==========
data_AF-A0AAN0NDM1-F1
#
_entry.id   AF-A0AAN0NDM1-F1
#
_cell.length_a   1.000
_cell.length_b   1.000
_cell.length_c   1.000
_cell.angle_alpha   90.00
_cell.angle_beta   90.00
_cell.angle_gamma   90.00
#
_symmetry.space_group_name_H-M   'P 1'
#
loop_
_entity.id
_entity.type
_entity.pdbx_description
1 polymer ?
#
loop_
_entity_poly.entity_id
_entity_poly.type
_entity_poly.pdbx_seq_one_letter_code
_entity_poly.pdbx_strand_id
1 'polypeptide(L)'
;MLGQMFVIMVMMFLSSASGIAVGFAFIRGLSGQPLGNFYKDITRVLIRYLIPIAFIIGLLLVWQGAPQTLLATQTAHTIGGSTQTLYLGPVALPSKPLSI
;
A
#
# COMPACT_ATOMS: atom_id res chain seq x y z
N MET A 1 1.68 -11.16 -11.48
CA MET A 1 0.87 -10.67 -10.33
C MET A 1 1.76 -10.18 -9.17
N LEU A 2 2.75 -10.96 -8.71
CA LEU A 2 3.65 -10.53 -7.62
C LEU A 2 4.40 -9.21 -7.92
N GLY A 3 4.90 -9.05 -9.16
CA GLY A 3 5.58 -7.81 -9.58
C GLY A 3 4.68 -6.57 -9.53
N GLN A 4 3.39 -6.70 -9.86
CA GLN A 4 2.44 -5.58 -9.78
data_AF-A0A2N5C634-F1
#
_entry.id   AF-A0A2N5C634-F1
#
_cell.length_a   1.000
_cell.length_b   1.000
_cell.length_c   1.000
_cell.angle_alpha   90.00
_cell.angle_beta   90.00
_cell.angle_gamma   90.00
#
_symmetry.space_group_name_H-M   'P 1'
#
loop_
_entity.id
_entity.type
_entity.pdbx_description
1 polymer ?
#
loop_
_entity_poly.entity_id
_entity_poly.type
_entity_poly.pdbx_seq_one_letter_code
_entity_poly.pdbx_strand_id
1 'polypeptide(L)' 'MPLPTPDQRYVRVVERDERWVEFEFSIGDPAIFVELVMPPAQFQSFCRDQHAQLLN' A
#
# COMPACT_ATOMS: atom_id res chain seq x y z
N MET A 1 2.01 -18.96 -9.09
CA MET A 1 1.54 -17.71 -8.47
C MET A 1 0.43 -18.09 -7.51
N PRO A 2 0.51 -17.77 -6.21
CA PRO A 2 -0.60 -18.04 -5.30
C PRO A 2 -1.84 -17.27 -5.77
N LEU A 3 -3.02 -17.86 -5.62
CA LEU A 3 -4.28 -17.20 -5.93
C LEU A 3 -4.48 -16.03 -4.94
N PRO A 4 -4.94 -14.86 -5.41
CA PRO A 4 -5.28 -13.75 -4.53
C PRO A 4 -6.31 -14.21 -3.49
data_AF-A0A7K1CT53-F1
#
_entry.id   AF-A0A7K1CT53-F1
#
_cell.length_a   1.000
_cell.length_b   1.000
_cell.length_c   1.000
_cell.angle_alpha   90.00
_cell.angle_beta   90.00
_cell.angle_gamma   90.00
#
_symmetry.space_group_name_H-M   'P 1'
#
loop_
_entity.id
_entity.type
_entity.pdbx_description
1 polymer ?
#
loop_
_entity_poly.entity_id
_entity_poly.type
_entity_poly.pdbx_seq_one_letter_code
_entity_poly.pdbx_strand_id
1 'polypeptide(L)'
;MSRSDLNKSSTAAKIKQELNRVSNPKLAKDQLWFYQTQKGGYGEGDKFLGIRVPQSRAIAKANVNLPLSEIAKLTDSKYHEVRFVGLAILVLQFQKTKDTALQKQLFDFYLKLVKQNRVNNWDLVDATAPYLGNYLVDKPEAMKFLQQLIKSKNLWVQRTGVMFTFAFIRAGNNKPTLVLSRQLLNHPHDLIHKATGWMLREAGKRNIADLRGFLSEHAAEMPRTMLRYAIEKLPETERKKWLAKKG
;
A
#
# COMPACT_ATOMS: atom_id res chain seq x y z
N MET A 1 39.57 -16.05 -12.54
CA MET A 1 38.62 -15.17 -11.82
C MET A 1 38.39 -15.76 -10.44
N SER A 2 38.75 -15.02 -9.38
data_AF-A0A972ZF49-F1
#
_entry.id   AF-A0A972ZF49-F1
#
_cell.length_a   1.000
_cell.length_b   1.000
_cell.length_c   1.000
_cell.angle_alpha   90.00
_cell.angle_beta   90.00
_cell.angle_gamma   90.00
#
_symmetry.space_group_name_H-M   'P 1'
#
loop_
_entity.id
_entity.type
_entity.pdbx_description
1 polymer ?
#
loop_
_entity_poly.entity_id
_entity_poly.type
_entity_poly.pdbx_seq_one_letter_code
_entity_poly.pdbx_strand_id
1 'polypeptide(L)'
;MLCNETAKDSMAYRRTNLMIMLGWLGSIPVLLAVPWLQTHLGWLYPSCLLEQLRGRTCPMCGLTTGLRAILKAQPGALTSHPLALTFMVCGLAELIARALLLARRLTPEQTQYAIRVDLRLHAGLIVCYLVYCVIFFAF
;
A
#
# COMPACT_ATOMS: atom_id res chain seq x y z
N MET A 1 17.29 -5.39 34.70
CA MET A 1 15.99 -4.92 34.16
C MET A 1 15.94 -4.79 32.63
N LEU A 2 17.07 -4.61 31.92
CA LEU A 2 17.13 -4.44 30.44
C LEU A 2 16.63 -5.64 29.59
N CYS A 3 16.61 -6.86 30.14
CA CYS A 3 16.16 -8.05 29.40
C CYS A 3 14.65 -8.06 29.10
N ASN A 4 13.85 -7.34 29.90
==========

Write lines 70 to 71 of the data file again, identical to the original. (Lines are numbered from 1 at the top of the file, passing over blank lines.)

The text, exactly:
CA MET A 1 1.54 -17.71 -8.47
C MET A 1 0.43 -18.09 -7.51